You Must Know How to Exercise Your Rights Within the Law
These days there is an ongoing high-profile fight to redefine and change the rights of the people of the United States to have, hold and use firearms. The discussion is constant and many times the truth gets lost in the hyperbole as the media skews the truth to fit their agendas. But one thing is clear, if you own a firearm, and especially if you carry it or use it for self-protection, you need to know and understand your legal rights and your local laws.
We all learned about the US Constitution in school. The Constitutional Convention assembled in Philadelphia in May of 1787. On 17 September 1787, after 3 months of discussions, arguments and deliberations, 38 delegates (plus George Reed who signed for John Dickinson of Delaware, who was absent) signed the Constitution. Here’s a good summary about what the purpose of the Constitution was and what it accomplished:
“The Constitution acted like a colossal merger, uniting a group of states with different interests, laws, and cultures. Under America’s first national government, the Articles of Confederation, the states acted together only for specific purposes. The Constitution united its citizens as members of a whole, vesting the power of the union in the people. Without it, the American Experiment might have ended as quickly as it had begun.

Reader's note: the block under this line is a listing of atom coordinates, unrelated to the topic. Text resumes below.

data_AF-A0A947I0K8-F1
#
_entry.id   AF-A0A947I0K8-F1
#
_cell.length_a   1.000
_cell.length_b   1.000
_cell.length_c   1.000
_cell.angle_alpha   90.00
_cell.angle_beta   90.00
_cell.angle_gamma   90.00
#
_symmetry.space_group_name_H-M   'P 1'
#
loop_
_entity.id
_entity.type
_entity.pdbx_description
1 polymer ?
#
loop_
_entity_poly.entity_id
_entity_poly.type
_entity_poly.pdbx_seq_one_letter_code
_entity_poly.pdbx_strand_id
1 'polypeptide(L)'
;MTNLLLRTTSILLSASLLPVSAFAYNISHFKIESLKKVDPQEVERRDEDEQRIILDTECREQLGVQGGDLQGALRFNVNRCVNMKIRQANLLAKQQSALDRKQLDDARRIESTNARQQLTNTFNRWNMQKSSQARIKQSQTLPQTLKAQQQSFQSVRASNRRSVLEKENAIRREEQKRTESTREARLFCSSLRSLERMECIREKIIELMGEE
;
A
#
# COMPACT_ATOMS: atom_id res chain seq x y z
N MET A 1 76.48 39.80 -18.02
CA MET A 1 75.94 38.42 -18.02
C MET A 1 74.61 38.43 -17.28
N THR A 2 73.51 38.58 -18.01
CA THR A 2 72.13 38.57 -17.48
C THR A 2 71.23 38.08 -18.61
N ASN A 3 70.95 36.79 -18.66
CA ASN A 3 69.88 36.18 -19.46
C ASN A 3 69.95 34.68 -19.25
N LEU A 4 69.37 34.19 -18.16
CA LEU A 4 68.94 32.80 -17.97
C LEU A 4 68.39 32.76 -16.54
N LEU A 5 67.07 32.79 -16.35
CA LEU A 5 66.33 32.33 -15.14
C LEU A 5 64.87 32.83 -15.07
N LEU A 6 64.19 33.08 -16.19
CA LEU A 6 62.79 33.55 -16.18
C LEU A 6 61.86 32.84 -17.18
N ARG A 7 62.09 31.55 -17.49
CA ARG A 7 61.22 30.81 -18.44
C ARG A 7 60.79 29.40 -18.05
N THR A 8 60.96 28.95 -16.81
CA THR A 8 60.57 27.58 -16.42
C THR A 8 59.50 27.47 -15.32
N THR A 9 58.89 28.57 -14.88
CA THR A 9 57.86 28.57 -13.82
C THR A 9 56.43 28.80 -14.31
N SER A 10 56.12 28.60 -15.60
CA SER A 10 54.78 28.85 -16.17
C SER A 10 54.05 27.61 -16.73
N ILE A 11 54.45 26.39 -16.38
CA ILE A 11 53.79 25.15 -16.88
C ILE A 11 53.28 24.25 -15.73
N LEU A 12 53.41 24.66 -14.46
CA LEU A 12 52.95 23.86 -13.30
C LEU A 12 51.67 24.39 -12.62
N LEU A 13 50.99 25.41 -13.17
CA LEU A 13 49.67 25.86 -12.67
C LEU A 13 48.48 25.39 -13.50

But the Constitution might never have been ratified if the framers hadn't promised to add a Bill of Rights. The first ten amendments to the Constitution gave citizens more confidence in the new government and contain many of today's Americans' most valued freedoms.
Preamble to the Bill of Rights – “The Conventions of a number of the States, having at the time of their adopting the Constitution, expressed a desire, in order to prevent misconstruction or abuse of its powers, that further declaratory and restrictive clauses should be added: And as extending the ground of public confidence in the Government, will best ensure the beneficent ends of its institution.
“On September 25, 1789, the First Congress of the United States proposed 12 amendments to the Constitution. Ten of the proposed 12 amendments were ratified by three-fourths of the state legislatures on December 15, 1791. The ratified Articles (Articles 3–12) constitute the first 10 amendments of the Constitution, or the U.S. Bill of Rights. In 1992, 203 years after it was proposed, Article 2 was ratified as the 27th Amendment to the Constitution. Article 1 was never ratified.”
The Bill of Rights enumerates the birthrights of every American. These are not rights granted to the people by the US Government, these are rights that the US Government was formed to protect. Furthermore, these rights are the rights that each individual has. They are not rights bestowed on the people by membership in a group; they are specifically individual rights. One of these rights is the right to own and bear arms as delineated in the 2nd Amendment. The right to bear arms was to specifically added to ensure that a citizen had the ability to secure their other enumerated rights.
Here’s a really good short article on what we believe the 2nd Amendment to the US Constitution means.
Second Amendment to the United States Constitution